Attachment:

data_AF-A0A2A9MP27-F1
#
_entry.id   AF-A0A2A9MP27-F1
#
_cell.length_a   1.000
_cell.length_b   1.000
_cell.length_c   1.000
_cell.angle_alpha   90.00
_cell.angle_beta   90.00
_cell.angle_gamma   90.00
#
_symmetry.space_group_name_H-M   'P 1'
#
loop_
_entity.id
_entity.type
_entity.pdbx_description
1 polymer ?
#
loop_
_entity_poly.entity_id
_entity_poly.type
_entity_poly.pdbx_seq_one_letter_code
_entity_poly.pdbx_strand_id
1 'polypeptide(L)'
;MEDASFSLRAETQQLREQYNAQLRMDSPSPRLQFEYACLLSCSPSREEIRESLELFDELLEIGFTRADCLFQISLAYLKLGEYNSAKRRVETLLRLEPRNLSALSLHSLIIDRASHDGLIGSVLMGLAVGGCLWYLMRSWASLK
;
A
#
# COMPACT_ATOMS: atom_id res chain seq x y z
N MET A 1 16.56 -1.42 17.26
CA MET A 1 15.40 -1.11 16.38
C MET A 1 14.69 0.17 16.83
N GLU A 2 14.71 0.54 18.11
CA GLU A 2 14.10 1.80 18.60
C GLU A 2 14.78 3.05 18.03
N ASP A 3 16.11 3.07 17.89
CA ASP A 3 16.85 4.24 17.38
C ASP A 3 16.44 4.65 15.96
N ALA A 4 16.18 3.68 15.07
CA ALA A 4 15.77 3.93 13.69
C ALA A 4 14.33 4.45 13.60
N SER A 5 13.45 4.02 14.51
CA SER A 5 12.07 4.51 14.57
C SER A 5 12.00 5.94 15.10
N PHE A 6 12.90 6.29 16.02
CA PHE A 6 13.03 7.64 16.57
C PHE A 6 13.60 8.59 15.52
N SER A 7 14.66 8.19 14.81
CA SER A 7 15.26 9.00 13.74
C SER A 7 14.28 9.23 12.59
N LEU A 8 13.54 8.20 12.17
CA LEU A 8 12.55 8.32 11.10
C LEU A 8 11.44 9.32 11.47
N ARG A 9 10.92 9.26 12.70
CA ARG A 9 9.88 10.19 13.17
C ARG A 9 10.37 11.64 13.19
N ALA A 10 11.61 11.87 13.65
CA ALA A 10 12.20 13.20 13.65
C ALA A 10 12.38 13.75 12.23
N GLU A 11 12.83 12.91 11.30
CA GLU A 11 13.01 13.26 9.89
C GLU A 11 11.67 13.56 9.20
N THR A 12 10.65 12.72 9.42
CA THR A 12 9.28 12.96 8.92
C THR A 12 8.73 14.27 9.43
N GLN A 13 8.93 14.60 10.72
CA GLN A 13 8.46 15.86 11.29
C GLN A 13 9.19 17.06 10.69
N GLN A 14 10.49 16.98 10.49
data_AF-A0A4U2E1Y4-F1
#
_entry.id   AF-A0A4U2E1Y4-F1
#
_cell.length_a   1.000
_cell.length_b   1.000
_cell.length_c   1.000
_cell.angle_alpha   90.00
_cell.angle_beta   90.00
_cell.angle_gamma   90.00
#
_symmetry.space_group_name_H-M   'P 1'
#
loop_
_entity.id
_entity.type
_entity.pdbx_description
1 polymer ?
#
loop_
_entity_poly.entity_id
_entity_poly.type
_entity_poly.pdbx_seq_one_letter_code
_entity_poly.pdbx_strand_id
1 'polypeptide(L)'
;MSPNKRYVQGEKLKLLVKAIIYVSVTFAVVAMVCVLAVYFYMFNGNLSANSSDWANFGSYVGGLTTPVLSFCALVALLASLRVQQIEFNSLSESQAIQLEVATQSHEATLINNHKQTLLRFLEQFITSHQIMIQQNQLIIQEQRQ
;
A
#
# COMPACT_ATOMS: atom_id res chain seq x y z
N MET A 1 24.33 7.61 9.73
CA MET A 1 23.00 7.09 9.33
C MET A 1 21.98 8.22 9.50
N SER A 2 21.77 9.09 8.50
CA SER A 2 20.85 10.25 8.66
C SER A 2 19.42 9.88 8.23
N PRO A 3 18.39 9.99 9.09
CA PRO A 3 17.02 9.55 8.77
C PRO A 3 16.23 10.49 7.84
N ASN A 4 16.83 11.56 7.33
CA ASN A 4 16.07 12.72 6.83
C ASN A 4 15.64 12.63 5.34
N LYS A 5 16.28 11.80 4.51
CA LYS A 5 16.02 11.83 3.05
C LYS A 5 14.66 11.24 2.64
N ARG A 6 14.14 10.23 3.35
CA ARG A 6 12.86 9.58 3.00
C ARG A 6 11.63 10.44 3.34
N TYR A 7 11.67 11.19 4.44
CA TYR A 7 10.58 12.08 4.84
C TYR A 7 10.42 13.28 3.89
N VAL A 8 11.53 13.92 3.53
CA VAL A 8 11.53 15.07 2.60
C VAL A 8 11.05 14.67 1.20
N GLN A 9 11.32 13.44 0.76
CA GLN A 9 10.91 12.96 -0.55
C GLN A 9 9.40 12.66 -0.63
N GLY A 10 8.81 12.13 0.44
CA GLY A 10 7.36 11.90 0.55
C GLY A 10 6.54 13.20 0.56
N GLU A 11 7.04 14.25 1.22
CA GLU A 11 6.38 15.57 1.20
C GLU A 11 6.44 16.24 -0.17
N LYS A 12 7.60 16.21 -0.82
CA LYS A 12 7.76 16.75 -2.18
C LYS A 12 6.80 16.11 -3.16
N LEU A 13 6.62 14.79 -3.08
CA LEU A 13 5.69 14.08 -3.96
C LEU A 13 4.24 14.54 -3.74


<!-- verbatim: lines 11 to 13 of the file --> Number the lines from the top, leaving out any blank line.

#
_symmetry.space_group_name_H-M   'P 1'
#